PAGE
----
Norman Rush was born and raised in the San Francisco area. During the Korean War, Rush served time in federal prison as a non-religious conscientious objector; he was nineteen at the time. After graduating from Swarthmore College in 1956, Rush worked as an antiquarian book dealer and college instructor, publishing his poetry and fiction in literary journals. From 1978 to 1983, Rush and his wife Elsa served in Botswana as the first country co-directors of the Peace Corps. Botswana serves as the setting for Rush’s three books, all published by Knopf: Whites (1986), a collection of short stories, which was a finalist for the Pulitzer Prize; Mating (1991), his first novel, which won the National Book Award for fiction and The Irish Times International Fiction Prize; and Mortals (2003), the final book in Rush’s Botswana trilogy. Rush’s stories have appeared in The New Yorker, The Paris Review, Grand Street, and The Best American Short Stories of 1971, 1984, and 1985, while his essays and reviews have been published in The New York Review of Books, The New York Times Book Review, The Nation and Grand Street. He is the recipient of a National Endowment for the Arts grant, a Guggenheim Fellowship, and a Rockefeller Foundation Fellowship. Rush lives with his wife Elsa in Rockland County, New York.

The San Francisco Chronicle describes Marie Ponsot as “one of the most elegant, intelligent poets around.” Born in Queens, New York, in 1921 to a wine importer and a schoolteacher, Ponsot published poems in the Brooklyn Eagle while still a child. After graduating from St. Joseph’s College for Women in Brooklyn, Ponsot earned her Master’s degree in seventeenth-century literature from Columbia University. After WW II, Ponsot journeyed to Paris, where she met her former husband, Claude Ponsot. Ponsot lived in Paris for three years and eventually translated 37 books from the French, including The Fables of La Fontaine. Upon returning from France, Ponsot wrote radio and television scripts, taught in graduate programs at the Poetry Center of the 92nd St. Y, and at Beijing United, New York, and Columbia Universities, and she served as an English professor at Queens College in New York, from which she retired in 1991. Ponsot’s first poetry collection, True Minds, was published in 1956 by City Lights. It was not until 25 years later, after raising her children, that she published her second collection, Admit Impediment (1981), followed by The Green Dark (1988). Her fourth book, The Bird Catcher (1998), won the National Book Critics Circle Award, as well as the Delmore Schwartz Memorial Prize, and was a finalist for the 1999 Lenore Marshall Poetry Prize. Her most recent poetry collection is Springing: New and Selected Poems (2002), which won the 2002 Phi Beta Kappa Poetry Award. Ponsot is the recipient of a National Endowment for the Arts grant and the Shaughnessy Medal of the Modern Language Association. The mother of seven and grandmother of fourteen, Ponsot lives in Manhattan.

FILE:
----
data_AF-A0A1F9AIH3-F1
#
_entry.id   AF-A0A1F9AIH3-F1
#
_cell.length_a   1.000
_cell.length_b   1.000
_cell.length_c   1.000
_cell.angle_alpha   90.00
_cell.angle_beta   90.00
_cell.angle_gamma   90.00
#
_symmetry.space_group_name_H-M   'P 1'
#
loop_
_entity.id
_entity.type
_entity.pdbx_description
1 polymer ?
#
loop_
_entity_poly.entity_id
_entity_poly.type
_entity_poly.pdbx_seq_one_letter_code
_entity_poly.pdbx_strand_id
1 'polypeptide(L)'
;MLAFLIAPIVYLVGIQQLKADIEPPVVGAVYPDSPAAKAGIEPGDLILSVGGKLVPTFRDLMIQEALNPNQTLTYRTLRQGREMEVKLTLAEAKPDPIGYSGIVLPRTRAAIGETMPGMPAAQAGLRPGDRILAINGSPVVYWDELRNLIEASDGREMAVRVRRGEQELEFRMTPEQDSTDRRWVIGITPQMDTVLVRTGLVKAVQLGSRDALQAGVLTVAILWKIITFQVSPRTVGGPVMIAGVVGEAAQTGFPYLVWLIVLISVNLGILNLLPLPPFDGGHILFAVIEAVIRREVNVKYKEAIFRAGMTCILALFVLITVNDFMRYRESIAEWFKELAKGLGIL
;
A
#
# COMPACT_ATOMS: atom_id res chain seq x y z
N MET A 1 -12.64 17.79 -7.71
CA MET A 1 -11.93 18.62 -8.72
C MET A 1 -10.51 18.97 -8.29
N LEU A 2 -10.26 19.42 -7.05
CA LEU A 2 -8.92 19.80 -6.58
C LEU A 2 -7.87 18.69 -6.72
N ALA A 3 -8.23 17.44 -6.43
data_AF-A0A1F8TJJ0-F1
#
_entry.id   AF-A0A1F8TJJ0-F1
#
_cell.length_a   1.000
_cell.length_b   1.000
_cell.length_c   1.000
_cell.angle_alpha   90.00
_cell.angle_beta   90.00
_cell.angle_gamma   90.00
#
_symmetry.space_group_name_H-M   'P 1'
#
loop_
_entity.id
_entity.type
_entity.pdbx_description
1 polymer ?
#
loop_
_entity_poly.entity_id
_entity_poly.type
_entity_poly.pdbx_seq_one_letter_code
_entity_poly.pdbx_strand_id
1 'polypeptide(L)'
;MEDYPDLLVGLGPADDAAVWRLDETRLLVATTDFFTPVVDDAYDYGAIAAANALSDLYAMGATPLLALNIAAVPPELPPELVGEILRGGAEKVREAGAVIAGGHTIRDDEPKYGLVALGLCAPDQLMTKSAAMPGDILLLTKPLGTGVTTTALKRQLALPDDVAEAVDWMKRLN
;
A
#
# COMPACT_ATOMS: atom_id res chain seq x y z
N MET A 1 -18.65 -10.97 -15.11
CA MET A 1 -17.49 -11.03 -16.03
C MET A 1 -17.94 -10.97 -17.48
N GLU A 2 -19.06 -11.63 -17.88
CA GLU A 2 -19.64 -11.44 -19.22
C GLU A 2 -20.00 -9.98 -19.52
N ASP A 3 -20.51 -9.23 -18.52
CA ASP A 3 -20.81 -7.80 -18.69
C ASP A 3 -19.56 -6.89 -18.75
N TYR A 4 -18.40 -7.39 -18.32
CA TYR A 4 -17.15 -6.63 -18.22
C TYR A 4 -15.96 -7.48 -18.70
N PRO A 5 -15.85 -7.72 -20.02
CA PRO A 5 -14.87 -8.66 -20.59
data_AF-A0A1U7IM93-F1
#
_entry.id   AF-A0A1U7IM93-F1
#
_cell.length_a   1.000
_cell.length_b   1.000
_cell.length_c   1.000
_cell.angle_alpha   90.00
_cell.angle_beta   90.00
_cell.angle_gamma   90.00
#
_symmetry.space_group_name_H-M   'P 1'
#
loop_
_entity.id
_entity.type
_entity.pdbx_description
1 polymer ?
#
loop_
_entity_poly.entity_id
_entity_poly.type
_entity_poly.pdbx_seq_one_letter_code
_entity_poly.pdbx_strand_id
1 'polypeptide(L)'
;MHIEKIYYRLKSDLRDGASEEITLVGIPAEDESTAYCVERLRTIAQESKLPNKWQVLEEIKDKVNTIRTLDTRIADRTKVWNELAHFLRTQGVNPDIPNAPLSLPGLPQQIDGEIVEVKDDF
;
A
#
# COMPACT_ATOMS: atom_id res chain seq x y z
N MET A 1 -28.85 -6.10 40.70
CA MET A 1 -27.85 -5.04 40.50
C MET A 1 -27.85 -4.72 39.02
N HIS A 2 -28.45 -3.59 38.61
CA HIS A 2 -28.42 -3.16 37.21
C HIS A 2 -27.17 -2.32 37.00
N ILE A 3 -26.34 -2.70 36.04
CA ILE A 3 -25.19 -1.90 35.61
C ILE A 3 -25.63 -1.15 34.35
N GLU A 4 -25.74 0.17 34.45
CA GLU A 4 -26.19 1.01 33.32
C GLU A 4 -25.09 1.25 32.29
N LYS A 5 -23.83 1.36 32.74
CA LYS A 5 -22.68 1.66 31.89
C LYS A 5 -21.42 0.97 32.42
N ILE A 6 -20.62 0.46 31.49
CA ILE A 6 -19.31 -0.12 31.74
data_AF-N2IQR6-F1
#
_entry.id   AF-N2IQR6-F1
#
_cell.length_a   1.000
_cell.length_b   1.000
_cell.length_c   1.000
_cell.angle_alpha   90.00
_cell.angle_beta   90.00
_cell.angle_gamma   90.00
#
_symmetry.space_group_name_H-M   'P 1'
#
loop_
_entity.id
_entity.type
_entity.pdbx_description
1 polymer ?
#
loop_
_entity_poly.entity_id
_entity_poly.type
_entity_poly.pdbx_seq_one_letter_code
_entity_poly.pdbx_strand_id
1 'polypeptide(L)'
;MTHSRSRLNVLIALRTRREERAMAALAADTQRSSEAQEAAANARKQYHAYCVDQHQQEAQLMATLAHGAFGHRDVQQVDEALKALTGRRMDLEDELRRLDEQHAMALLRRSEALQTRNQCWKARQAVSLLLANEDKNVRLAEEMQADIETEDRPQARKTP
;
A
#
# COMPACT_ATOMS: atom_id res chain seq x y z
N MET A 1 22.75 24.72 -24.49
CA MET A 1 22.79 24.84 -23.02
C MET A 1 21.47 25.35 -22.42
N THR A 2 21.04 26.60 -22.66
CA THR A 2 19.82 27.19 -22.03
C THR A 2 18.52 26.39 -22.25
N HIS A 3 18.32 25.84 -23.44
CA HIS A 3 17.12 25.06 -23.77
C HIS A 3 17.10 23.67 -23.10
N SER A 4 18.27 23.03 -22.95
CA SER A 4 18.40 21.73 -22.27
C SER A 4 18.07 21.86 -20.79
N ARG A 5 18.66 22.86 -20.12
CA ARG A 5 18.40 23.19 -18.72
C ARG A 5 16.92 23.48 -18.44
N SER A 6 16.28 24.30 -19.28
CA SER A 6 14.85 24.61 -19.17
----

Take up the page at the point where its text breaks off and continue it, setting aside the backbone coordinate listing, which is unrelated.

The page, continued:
Lisa Zeidner was born in 1955 in Washington, D.C. Educated at Carnegie Mellon University, Johns Hopkins University, and Washington University in St. Louis, Zeidner is a Professor of English at Rutgers University in New Jersey, where she directs the Graduate Program in English and the annual Spring and Summer Writers’ Conferences. Zeidner is the author of four novels: Customs (1981), Alexandra Freed (1983), Limited Partnerships (1989), and Layover (1999), which has been translated into French, Dutch, German, and Hebrew. She has published two books of poetry, Talking Cure (1982) and Pocket Sundial (1989), which won the Brittingham Prize in Poetry. Zeidner’s short stories have appeared in GQ, Tin House, Boulevard, Granta, and Mademoiselle. Her articles, essays, and reviews have been published in The New York Times, Salon, Slate, and The Washington Post Book World. She lives in New Jersey with her husband and son.